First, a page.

Delta had worst cancellation rate among US airlines in May

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The uncharacteristically poor performance in May and lingering problems this summer were so concerning that Delta CEO Ed Bastian said last week the airline will halt flight growth the rest of the year in an effort to keep the flight schedule manageable and reduce flight cancellations.

“I’d like to sincerely apologize to those who have been impacted by cancellations, delays, and long wait times over the last two months,” Bastian said last week, adding that “restoring operational excellence is our top priority.” He said Delta’s July performance has been significantly better so far, with far fewer cancellations.

“By ensuring capacity does not outstrip our resources and working through our training pipeline, we’ll continue to further improve our operational integrity,” Bastian said. Delta has hired 18,000 employees in the last year and a half, “you don’t step into these jobs and you learn it overnight. There’s a significant learning factor that we’re also going through, ”he said.

There’s a lot at stake: If Delta doesn’t restore its reputation for running a quality operation, it risks losing the millions of customers it has managed to attract over the years because it was known for reliable flight schedules.

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Competing airlines, in fact, canceled fewer flights than Delta in May.

Chicago-based United Airlines and its partners canceled 2,674 flights in the month, a 2.4% cancellation rate. Fort Worth, Texas-based American Airlines and its partners canceled 3,052 flights, a 2% cancellation rate.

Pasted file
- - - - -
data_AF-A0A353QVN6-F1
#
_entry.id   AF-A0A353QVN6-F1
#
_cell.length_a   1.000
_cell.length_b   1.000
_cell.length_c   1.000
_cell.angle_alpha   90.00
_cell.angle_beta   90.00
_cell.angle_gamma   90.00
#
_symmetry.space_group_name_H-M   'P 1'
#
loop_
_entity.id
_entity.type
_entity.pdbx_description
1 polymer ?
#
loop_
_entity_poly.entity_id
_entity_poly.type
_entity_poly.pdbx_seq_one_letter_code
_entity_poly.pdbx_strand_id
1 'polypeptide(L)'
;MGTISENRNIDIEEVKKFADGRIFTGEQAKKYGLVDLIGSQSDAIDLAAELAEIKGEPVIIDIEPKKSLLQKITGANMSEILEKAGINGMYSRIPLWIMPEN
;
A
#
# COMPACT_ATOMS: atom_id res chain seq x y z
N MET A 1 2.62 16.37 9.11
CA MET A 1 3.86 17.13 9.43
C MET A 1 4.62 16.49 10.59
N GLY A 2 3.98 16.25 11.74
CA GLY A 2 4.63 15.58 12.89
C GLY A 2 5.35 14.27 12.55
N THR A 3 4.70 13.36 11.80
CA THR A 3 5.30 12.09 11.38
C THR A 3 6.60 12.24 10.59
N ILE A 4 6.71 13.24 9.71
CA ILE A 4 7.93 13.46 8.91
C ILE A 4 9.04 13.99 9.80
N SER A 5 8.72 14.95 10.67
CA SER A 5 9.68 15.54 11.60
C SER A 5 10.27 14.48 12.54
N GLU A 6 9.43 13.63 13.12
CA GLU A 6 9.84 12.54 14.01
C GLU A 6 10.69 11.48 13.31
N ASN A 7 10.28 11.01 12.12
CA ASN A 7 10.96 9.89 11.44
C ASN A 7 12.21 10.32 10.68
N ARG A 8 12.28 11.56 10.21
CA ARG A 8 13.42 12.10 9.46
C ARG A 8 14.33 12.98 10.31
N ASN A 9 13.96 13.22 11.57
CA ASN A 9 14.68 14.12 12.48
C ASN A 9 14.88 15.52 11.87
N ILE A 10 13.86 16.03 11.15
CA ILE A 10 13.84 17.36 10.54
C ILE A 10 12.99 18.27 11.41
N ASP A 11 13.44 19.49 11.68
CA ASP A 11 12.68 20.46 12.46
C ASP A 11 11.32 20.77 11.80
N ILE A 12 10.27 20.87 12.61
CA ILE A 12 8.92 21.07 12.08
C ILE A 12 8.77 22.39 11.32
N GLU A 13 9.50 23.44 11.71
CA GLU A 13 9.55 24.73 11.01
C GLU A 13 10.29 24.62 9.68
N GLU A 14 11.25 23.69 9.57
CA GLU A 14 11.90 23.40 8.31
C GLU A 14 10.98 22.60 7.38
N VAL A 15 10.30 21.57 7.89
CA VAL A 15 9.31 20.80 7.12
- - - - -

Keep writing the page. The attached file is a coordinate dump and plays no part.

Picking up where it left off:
Dallas-based Southwest Airlines, the second-largest carrier at Hartsfield-Jackson International Airport, canceled 809 flights in May, a 0.7% cancellation rate.

Delta and Delta Connection still managed to maintain relatively-good on-time performance in May, ranking second among US airlines with 80.7% on-time arrivals, behind Hawaiian Airlines with 86% on-time arrivals. However, Delta and other airlines had multiple tarmac delays that lasted more than three hours, according to the federal data.

Nearly 24% of the complaints to the federal government about airlines in May concerned cancellations, delays and other flight schedule disruptions. Another 30.5% of complaints were about refunds. There were a total of 245 complaints about Delta in the month – fewer than American, United, Spirit and Frontier, but more than Southwest.

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The DOT noted Wednesday that airlines are required to have a customer service plan on how it will mitigate inconveniences due to flight cancellations and misconnections, and the agency said it “monitors airlines ‘actions and reviews complaints that it receives against airlines to ensure that consumers’ rights are not violated. “

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